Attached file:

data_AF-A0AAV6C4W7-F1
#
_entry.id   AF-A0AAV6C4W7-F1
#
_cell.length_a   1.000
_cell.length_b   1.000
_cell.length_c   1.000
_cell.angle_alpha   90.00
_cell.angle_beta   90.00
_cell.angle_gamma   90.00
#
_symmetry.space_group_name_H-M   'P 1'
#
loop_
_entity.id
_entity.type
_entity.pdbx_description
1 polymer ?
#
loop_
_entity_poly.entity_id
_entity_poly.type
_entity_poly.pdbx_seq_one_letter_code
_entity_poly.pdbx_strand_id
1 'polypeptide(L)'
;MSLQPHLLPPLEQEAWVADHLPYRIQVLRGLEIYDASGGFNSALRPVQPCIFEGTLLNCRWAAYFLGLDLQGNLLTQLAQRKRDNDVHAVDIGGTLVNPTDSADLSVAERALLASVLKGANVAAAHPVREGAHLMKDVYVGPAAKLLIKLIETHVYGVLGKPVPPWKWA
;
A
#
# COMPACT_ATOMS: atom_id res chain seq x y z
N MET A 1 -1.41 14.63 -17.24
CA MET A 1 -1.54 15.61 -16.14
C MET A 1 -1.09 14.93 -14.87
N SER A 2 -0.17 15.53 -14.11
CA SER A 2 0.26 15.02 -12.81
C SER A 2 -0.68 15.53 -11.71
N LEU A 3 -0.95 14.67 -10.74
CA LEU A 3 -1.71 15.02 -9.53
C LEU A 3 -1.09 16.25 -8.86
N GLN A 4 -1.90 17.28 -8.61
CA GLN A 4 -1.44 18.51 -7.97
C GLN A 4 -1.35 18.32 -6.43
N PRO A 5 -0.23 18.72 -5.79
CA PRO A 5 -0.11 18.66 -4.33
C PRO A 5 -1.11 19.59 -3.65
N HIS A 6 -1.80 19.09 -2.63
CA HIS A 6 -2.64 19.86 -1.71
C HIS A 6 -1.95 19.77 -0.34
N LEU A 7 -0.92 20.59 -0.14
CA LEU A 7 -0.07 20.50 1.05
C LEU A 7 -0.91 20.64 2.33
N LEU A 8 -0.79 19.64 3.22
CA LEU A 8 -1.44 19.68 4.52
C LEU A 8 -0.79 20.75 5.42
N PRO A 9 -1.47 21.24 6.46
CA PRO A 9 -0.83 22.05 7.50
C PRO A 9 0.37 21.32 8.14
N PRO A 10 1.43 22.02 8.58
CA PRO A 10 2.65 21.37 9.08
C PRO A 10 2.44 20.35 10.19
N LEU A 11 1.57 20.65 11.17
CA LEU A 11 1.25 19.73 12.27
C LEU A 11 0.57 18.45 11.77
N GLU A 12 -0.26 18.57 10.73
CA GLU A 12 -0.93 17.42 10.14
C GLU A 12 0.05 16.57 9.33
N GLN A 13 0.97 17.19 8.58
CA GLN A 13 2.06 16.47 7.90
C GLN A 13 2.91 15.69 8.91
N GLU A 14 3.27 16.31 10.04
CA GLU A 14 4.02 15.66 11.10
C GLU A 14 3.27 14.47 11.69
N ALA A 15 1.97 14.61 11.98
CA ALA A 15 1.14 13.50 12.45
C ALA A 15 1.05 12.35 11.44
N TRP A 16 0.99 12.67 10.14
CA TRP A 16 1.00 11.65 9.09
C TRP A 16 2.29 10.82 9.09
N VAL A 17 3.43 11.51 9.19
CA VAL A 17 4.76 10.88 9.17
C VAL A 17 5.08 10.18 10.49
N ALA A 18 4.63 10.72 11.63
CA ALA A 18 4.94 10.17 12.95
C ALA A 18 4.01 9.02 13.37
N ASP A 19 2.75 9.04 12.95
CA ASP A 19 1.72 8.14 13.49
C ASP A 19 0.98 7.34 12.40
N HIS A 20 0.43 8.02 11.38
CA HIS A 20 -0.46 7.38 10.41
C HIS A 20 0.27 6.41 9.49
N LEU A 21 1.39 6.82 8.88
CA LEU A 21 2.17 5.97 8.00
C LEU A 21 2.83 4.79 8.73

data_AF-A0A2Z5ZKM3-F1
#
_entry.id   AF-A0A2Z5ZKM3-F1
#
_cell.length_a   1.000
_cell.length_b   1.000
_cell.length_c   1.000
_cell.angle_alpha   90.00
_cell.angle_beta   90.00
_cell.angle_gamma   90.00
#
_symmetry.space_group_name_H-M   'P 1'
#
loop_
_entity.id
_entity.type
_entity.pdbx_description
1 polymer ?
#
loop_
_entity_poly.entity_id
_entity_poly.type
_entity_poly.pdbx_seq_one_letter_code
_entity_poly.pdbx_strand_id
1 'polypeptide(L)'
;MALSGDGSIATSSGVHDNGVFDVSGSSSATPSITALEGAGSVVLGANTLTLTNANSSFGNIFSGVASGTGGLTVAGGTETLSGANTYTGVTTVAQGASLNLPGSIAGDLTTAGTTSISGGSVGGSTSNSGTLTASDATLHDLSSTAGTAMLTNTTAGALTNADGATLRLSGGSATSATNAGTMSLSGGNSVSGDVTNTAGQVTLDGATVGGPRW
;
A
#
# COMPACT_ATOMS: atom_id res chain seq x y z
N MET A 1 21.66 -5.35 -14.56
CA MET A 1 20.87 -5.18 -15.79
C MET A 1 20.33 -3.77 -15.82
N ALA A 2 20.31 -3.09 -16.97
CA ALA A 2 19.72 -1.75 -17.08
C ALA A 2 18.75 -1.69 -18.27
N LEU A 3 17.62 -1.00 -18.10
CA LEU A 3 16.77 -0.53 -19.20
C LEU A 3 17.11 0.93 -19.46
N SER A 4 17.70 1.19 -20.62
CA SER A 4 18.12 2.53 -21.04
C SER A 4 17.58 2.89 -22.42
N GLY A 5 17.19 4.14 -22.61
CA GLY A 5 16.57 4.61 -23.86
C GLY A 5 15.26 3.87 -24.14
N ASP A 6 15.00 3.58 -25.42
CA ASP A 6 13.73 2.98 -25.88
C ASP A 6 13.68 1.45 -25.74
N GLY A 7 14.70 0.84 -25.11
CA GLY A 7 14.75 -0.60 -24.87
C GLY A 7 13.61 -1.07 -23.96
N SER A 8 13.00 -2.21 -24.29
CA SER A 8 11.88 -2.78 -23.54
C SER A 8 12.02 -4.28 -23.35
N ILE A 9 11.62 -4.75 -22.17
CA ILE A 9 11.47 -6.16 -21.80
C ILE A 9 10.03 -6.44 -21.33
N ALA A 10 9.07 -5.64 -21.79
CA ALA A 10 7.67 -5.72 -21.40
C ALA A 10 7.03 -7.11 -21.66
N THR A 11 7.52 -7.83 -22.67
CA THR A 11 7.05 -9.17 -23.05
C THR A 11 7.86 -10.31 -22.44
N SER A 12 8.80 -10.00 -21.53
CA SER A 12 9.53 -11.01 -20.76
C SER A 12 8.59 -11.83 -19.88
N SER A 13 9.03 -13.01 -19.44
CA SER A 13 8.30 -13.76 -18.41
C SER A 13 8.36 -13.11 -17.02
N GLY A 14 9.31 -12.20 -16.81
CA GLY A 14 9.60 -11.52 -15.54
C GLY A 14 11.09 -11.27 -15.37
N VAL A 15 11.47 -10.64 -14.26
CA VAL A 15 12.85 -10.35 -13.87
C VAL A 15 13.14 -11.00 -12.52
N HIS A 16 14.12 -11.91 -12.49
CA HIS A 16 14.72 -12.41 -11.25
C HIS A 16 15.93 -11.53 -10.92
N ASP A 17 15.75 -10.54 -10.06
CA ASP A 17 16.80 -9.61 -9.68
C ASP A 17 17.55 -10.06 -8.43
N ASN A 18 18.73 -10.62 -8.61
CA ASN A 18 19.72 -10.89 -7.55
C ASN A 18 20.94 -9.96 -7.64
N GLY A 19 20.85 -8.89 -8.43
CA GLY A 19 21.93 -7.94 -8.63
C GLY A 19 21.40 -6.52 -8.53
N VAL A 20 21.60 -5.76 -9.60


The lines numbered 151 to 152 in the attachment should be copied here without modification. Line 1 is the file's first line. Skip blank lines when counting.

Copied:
N ALA A 10 9.07 -5.64 -21.79
CA ALA A 10 7.67 -5.72 -21.40